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Jaques Brel is alive and well in The Englert

BY ELLEN HARRIS | JULY 23, 2009 7:15 AM

The low buzz of laughter and conversation among the six cast members of Jacques Brel is Alive and Well and Living in Paris floated around Room 172 of the Theatre Building during last week’s rehearsal as guest director Bill Theisen looked on.

“Three of the cast I had worked with before, and three I had not,” he said. “It’s been a lot of experimentation, a lot of bringing out what’s good in them.”

Theisen came to Iowa City for his third time as a guest director to assist with the UI Martha-Ellen Tye Opera Theatre presentation of Jacques Brel, a musical revue of Belgian songwriter Jacques Brel’s work from 1956 to 1968. The production will run at 8 p.m. Friday and Saturday and at 2 p.m. July 26 at the Englert Theatre, 221 E. Washington St.

Brel had success in Paris’ cabarets and music halls in the 1950s, where he sang about love and life in troubadour-like fashion. After recording several songs and working closely with musician friends, his work took a darker turn, focusing on the hardships of life and the inevitability of death.

However, he maintained his initial sense of humor in much of his music.

Though succumbing to lung cancer at the relatively young age of 49 in 1978, Brel’s prolific European career made his work a prime candidate for the musical revue that the UI is now staging.

“Actually, when I was hired, we weren’t sure what the show was going to be,” Theisen said. “We decided this would be a great piece to expose the cast to this French Cabaret Song, which is a different style of music for them.”

Theisen, who has worked as the artistic director of Milwaukee’s Skylight Opera Theatre for the past five years, describes the French ‘Cabaret Song’ in his director’s notes as “Brel [and others] literally painting with words and music the existential world [he] saw.”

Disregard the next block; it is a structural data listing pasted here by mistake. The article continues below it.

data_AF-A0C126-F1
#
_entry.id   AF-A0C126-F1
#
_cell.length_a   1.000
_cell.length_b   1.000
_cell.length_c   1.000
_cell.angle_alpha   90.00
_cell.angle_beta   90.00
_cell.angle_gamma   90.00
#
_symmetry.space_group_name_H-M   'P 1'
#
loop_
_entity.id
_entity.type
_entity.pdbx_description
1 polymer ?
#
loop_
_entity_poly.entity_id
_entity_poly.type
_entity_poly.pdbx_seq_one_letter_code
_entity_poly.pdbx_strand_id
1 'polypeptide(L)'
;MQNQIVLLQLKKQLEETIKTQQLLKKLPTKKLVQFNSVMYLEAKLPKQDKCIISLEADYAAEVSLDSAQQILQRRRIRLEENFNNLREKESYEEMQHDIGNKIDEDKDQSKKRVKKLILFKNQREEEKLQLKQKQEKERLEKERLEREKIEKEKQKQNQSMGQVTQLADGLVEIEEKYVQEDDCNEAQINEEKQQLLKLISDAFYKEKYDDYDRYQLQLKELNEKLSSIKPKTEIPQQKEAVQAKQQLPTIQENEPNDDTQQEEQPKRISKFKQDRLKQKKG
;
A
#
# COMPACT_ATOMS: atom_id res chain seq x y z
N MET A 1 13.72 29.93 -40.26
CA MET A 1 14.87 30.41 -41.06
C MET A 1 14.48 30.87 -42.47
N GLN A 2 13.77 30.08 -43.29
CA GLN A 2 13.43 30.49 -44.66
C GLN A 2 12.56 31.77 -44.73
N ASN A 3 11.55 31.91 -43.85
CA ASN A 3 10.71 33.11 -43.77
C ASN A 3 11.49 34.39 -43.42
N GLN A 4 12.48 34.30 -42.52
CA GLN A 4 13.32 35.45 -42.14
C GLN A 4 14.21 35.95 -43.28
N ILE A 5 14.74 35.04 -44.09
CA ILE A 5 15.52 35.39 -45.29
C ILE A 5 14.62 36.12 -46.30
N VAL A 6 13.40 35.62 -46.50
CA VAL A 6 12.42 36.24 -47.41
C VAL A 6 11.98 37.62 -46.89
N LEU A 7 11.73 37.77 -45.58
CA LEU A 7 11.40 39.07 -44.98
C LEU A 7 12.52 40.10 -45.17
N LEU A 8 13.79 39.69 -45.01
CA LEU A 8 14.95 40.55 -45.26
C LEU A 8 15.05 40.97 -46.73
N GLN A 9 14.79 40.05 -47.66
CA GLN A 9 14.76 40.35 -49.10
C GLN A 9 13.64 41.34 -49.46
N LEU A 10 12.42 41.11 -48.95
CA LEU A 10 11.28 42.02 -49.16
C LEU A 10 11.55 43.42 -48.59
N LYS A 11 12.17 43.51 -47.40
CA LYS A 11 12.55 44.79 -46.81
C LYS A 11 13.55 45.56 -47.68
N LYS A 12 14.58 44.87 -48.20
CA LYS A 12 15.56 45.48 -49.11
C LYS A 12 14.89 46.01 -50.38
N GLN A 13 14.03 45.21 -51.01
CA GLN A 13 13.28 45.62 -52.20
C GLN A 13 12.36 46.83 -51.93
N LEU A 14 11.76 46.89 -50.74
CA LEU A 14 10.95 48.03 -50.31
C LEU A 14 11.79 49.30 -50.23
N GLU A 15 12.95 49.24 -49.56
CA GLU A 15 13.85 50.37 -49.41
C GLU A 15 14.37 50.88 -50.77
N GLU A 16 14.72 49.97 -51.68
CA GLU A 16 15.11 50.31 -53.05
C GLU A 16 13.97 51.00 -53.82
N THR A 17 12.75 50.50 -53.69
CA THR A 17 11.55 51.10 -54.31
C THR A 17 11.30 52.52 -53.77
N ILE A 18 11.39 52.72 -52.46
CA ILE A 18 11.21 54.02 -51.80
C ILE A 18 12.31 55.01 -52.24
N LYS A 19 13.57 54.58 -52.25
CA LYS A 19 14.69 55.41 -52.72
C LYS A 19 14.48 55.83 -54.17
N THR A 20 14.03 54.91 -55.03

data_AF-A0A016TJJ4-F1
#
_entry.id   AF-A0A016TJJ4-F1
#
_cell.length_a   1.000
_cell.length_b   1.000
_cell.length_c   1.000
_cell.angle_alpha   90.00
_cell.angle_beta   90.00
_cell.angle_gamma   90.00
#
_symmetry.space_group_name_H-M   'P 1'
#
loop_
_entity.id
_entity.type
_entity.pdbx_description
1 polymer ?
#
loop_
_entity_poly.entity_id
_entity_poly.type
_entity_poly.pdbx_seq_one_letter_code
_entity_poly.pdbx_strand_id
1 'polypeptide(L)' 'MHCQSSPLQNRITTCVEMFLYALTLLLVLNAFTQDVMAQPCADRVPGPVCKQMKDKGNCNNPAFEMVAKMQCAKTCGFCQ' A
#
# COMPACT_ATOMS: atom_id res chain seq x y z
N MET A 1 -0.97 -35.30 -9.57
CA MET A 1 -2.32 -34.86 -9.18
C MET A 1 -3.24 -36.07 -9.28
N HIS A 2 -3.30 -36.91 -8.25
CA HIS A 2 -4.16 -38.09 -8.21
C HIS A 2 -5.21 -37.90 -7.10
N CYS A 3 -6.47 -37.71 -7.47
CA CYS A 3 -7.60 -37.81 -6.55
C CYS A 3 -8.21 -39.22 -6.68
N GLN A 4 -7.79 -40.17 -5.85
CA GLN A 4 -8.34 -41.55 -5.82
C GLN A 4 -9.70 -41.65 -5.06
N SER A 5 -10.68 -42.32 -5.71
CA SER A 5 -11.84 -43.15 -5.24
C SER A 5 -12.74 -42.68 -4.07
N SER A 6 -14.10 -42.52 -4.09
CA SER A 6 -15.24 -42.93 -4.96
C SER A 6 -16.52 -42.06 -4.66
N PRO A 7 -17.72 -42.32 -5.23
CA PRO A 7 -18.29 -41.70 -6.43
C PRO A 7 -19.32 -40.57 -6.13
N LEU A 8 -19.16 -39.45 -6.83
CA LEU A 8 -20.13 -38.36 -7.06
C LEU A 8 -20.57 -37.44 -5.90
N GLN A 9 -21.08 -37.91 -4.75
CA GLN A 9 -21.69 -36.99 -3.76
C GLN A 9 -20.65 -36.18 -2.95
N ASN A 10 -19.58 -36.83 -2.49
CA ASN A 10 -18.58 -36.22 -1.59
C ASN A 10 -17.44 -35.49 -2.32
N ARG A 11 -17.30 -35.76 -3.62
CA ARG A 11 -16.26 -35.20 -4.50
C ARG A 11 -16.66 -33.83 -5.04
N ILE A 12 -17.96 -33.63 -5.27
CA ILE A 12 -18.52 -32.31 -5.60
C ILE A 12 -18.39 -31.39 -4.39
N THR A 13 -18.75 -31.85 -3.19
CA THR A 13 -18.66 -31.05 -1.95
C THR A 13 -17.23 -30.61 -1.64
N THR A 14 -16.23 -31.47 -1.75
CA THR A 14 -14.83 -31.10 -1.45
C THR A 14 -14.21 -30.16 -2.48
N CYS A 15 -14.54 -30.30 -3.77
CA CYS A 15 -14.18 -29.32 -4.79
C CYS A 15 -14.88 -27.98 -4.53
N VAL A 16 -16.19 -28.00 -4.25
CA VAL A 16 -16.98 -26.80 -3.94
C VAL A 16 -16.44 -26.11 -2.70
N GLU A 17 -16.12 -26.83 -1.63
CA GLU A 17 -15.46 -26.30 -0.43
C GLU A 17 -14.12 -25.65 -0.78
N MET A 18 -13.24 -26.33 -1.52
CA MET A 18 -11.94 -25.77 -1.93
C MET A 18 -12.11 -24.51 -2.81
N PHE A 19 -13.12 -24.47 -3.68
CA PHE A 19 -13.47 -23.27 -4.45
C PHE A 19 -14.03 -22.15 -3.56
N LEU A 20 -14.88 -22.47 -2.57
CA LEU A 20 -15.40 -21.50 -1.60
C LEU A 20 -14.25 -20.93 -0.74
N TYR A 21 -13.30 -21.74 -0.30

The first Off-Broadway staging of Jacques Brel occurred in Brel’s lifetime. Débuting in 1968 in Greenwich Village, the dramatic collection of songs featuring a four-person cast ran for more than four years, and a film version was produced in 1975 by the American Film Theatre.

“It just felt like these were the right six people for the show, so we decided to do it with six,” Thiesen said, “And they’re a mix — there are a couple of undergraduate students.”

One of those students is UI junior Chaz’men Williams-Ali, a vocal-performance major and classical tenor.

“I know my voice doesn’t sound like a tenor when I talk,” he said and laughed in a low, deep baritone.

Hailing from St. Louis, his musical background ranges from gospel, R&B, and “old soul music” to the opera, musical theater, and classical work he discovered at his performing-arts high school. But the Brel genre challenged him in ways he didn’t anticipate.

“Jacques Brel is unlike any other show I’ve done,” he said. “There’s a lot of Sprechstimme — speak-singing. It’s got pitched talking, and there’s this cabaret stuff that I’m not very familiar with. And that was a challenge in itself.”